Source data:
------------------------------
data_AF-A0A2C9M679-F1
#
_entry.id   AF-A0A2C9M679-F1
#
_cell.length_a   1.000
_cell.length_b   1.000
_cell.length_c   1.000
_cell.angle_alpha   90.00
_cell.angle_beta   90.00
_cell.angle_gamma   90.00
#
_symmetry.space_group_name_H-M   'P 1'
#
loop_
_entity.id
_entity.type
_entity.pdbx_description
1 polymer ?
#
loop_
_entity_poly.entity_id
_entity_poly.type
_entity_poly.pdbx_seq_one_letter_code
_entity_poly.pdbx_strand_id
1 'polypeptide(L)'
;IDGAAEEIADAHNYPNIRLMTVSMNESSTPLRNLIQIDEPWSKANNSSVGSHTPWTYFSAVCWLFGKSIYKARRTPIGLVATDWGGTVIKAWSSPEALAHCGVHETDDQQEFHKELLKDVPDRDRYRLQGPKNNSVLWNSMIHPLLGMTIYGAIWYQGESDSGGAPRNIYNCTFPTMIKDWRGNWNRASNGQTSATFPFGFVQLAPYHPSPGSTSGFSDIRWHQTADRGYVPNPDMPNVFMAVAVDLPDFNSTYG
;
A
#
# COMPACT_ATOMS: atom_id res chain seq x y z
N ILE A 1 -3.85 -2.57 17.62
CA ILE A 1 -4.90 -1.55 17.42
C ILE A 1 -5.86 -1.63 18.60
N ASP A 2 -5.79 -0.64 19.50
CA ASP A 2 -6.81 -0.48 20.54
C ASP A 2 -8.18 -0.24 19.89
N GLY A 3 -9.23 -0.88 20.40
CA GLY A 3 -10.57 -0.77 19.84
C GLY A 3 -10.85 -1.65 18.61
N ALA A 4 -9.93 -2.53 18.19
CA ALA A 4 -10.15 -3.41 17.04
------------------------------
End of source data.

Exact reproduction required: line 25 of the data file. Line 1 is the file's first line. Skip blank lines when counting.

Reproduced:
1 'polypeptide(L)'